Contest prep is exciting. It allows me to see in a mirror what I think I’ve built, but can only feel from the inside. Prep is also a challenge. It’s pushing the fat-loss process further than most need to go. The goal is “shredded” not “bikini body”. I can’t lie, I’m running on faith that someone like me can attain that kind of conditioning. I haven’t done it before. I trust my coach and the process, but I can’t visualize yet where this is going to end up. It can be dangerous when people try to do this too fast with extremely low calories, use drugs, or use water manipulation to create a leaner look. I’ve done two preps with water depletion and promised myself that I would never do another one. To avoid it, I need to be a lot leaner. I’ve worked too hard to regain my health. I appreciate what it has allowed me to do and I don’t take for granted that I can do extreme things to myself and bounce back at my age. (I wanted to take a moment to say that before I get into the nitty gritty reporting of what’s going on. I know most people who follow my journey aren’t bodybuilders. I want to reassure everyone that even though my goal for this prep is to push my conditioning farther than I’ve gone before, I’m feeling more balanced than ever this time around. Kudos to coach for that.)
Quick summary: I started cutting calories last September. Coach has had me doing cutting/maintenance cycles since that time. As of this morning, my total weight loss for that period of time has been 13.8 lbs. I call the maintenance cycles “diet deloads”.
The most recent diet deload started on March 4th and ended on March 13th. During that phase, I used the Bodybugg to keep track of my calorie burn throughout the day and ate those calories. The goal was to maintain my weight. I always keep my protein stable and will adjust fats and carbs to do whatever I’m trying to do. I just went back and looked at the reports. Turns out that, on average, I ate about 100 calories more each day than I burned. That’s OK. It’s a recovery time. And I am working hard to not get too OCD about things this early in prep. (Hoping to avoid calorie/marco OCD entirely, honestly.) During the deload phase, my macro averages were…
- Carbs = 271 grams
- Protein = 152 grams
- Fats = 80 grams
During the week of diet deload, I gained a pound. Not a care was given. It was just a normal fluctuation as my body healed itself. (A year before, March 2014, in off-season, I was about 5 pounds heavier and eating about 70 carbs less and 10 fats more. Just throwing that in here because I think it’s interesting.)
I took before/after pictures during the deload phase to see what happened. Happy to say, not much. Just some puffy water weight.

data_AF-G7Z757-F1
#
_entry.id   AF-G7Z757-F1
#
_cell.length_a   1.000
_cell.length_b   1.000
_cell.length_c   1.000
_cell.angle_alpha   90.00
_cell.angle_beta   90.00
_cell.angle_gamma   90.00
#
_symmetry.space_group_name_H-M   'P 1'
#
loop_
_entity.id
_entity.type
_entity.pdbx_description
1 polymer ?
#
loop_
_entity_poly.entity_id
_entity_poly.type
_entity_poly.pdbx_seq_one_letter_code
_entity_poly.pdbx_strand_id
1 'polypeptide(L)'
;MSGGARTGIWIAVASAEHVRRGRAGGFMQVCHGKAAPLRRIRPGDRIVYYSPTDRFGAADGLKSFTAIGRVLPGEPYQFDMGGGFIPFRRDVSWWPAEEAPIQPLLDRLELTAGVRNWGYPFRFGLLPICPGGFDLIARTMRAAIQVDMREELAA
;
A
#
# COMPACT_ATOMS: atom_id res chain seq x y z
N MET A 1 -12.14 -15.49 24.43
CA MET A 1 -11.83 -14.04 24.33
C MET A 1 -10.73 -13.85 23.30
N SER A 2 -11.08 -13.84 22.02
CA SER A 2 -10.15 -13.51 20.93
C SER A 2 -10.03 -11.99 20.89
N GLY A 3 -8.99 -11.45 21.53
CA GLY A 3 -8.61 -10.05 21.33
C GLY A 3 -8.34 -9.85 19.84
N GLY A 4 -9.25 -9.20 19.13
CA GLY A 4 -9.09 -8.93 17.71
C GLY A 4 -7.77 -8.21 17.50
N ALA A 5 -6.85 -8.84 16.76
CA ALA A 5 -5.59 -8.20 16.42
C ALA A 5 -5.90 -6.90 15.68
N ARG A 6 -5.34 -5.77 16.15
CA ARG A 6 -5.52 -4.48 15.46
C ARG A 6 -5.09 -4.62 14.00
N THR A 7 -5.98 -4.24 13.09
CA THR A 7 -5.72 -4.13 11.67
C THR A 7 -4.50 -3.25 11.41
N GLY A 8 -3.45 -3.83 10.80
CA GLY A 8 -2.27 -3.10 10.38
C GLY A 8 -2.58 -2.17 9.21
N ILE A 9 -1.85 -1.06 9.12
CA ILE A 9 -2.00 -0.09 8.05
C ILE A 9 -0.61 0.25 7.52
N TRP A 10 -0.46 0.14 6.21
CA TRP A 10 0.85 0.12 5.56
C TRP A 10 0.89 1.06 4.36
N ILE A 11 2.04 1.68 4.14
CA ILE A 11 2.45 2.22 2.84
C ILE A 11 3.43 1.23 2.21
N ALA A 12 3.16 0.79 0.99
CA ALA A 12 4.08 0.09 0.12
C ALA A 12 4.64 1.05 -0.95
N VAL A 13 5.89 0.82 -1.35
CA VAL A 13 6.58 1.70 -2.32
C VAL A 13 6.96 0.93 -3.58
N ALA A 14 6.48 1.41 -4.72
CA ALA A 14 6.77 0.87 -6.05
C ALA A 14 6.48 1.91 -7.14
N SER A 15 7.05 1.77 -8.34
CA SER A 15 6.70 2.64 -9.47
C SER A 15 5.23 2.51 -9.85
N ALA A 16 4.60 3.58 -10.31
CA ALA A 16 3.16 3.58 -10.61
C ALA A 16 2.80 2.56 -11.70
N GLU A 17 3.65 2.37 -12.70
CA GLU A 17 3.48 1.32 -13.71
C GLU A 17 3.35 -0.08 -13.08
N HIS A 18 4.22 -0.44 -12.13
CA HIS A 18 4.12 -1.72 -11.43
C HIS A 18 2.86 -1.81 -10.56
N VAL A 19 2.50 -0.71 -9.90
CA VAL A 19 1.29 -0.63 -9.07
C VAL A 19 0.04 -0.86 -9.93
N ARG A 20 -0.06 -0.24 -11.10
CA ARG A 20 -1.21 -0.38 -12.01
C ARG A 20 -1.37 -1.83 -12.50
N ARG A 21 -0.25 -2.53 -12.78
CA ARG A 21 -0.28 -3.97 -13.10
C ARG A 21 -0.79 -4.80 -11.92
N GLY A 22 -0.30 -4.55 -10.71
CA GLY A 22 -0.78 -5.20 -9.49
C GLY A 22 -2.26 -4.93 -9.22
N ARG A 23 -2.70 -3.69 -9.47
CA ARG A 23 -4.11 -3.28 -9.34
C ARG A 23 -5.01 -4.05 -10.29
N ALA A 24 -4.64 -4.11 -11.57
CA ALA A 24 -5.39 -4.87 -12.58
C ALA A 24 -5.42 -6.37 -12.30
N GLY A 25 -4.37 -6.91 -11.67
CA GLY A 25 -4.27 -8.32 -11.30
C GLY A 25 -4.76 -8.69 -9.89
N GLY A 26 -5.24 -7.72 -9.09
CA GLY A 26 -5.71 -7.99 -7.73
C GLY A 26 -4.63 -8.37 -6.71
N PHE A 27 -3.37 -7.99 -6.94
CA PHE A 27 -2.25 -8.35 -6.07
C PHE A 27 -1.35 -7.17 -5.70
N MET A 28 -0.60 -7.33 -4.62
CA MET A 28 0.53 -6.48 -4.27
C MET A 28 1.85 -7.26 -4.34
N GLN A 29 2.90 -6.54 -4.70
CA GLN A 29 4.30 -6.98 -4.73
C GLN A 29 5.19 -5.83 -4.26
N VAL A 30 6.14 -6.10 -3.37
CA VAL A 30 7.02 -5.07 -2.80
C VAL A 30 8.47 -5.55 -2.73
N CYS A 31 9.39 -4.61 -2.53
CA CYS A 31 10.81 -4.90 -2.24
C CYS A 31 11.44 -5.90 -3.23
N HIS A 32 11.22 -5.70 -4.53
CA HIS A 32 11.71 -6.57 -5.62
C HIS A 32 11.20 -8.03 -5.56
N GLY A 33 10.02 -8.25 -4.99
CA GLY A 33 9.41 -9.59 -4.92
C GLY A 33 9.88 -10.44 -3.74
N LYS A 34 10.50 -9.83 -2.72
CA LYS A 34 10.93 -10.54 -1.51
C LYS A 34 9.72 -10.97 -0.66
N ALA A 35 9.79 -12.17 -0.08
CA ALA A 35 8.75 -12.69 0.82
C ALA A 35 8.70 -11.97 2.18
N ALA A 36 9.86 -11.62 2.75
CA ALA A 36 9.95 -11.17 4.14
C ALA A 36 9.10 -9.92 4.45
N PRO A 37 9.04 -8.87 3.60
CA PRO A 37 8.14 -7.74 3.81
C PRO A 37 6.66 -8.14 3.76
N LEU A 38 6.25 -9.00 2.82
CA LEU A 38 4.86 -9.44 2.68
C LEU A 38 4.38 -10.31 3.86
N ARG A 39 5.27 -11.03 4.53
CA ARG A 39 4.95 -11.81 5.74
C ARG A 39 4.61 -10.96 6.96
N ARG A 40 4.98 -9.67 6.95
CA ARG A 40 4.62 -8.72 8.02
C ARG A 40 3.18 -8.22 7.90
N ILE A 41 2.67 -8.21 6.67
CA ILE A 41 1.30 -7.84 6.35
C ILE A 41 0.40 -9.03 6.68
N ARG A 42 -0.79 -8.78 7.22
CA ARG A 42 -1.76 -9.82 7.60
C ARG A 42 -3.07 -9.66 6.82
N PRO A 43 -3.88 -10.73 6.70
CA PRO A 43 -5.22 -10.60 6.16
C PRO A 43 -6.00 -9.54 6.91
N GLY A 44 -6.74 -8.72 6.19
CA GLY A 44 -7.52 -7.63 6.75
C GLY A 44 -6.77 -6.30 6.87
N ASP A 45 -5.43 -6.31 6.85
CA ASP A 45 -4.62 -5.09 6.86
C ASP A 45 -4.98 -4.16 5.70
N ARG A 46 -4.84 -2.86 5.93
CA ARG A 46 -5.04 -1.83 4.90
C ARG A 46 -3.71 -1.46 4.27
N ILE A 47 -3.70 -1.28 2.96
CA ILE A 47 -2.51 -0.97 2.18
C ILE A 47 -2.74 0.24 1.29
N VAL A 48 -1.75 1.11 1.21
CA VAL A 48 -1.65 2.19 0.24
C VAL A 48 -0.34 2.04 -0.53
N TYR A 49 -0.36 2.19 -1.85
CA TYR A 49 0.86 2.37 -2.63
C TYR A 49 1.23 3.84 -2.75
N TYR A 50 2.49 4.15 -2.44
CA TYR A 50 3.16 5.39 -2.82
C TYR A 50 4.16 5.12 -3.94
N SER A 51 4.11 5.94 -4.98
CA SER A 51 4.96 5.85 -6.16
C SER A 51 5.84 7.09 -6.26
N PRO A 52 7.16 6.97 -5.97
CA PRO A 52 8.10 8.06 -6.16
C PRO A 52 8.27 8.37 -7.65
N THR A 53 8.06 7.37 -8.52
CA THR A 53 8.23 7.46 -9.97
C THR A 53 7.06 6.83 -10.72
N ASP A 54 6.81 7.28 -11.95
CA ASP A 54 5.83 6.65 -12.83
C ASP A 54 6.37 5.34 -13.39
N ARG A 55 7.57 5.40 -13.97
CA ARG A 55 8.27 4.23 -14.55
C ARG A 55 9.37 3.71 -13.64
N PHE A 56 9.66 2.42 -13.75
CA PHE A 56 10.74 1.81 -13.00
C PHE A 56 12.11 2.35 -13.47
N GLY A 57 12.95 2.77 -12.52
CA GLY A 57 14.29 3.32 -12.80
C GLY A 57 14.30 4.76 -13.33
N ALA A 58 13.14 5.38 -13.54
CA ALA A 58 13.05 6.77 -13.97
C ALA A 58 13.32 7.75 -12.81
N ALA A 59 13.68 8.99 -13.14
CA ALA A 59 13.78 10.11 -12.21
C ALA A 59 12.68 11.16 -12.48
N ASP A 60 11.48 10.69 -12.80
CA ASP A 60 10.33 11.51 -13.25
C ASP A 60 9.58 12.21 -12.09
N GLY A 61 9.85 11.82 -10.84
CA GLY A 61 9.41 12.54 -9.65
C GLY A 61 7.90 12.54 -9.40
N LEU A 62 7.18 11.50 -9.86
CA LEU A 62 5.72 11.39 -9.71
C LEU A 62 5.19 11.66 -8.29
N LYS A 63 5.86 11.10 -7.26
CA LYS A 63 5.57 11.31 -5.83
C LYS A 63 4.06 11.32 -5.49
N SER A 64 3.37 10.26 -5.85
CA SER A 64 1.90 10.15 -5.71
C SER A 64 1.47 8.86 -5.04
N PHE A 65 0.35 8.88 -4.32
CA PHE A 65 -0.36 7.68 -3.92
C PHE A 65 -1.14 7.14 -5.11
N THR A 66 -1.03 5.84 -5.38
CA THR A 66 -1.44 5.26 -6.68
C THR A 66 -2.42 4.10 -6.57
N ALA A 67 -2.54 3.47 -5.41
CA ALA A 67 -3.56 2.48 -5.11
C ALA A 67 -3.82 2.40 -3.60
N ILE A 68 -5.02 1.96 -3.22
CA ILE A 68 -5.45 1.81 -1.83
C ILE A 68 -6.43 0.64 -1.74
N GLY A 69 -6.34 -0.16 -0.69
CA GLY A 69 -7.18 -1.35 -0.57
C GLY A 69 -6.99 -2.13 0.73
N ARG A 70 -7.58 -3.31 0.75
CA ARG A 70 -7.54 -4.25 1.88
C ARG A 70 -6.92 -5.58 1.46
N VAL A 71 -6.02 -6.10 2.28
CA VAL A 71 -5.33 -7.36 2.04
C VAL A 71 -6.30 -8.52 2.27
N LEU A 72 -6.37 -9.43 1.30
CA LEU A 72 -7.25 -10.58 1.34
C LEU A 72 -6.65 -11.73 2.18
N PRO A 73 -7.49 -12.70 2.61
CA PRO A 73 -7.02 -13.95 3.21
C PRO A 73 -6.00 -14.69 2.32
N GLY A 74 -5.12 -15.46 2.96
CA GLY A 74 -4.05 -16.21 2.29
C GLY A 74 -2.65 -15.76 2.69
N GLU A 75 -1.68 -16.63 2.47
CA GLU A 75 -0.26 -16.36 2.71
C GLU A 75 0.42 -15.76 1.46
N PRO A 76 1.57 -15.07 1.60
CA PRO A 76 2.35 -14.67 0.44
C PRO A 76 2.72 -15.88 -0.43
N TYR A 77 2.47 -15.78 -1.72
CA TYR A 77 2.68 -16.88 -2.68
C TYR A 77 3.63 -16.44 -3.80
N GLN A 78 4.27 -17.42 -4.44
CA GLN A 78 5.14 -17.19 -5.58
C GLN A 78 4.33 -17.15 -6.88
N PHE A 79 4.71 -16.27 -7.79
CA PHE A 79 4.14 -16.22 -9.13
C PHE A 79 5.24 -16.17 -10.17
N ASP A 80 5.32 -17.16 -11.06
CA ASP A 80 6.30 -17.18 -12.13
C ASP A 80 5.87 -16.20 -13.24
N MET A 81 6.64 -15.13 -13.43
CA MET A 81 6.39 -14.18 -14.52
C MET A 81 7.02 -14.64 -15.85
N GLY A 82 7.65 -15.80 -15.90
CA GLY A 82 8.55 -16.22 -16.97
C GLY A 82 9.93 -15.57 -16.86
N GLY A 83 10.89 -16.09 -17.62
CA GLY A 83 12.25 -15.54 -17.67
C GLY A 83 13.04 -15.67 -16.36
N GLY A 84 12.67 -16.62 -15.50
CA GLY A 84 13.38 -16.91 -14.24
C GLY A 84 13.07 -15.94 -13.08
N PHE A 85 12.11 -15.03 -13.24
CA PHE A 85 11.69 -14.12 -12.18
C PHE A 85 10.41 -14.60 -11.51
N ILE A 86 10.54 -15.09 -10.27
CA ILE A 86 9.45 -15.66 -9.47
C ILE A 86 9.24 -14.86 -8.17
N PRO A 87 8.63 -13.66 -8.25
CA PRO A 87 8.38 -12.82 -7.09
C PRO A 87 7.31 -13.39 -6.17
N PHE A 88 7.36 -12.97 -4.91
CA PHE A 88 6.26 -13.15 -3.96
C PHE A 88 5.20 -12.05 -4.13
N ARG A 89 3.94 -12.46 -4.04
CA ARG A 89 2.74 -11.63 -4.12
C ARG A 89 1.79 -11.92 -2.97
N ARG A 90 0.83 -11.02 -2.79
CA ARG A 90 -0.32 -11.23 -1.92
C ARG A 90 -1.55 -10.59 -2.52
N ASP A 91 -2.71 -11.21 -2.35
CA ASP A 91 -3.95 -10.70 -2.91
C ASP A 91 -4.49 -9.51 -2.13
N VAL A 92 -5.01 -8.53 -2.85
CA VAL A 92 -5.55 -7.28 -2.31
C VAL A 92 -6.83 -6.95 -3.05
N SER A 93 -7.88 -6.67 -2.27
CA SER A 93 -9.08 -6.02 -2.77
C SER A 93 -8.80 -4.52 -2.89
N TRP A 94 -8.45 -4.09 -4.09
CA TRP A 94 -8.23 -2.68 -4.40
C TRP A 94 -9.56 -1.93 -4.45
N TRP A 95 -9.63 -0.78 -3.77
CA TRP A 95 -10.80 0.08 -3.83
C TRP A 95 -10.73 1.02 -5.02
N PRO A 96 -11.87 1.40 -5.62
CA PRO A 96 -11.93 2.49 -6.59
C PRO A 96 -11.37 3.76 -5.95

I’ve been back on a 500-calorie deficit cutting phase for a week. A little cardio has been added into the program now, too. My goal for the week was to burn 800 calories in cardio. I think I did a bit over 900. I figured out real quick that I got to eat more on days I had that little bit of cardio because the overall deficit was still going to be 500. I do cardio for food. (OK – it was kind of enjoyable, too. It didn’t take long. About 30 minutes of walking a day.)
I hit my lowest scale weight of this prep on Thursday at 144.4 lbs. I usually lose weight in 0.2 pound increments and will bounce up and down after I hit a low. Got up this morning and my weight was 143.2 lbs. I expected 144.2. I’m happy? OK, sure. I’m happy. Its just mentally hard to shrink after spending years trying to get bigger. The scale game/weight loss process is not linear and it’s not efficient. Biology doesn’t favor bodybuilders. Body likes fat. It will burn new muscle before fat. So when the scale drops, I am accepting the data as “good” because it’s progress and it has to happen. And then I take the negative thoughts and put them in a box, shove the box in the back of my head, throw a blanket on it, and walk away.
AND NOW, SOME RANDOM THOUGHTS…
The mental game is hard for me. Pretty sure that comes from being an introvert and being a little nervous about the stage. I’m not my biggest cheerleader. Every day, I tell myself that I’m too small for bodybuilding and I’m just now approaching a decent “figure” physique – which is a good thing, by the way. But that’s not the goal I have for myself. But I am closer now than I was in 2013, that’s for sure. I’m hoping that as the prep continues, I’ll see more of the FBB silhouette I’ve been working on all this time.
My attraction to this sport is the creativity of it. The longer I do it, the less I’m attracted to the idea of ‘discipline through deprivation’ and the more I realize that “discipline” for me is just a set of tools (lifting, nutrition, logging, rest, stress management) I use to create a living sculpture from the inside out. I’m not really not in-love with the idea of suffering and making sacrifices to advance in the sport I honestly don’t see the point of me, a 50-something female natural bodybuilder, of doing anything but enjoying the hell out of this as much as I can.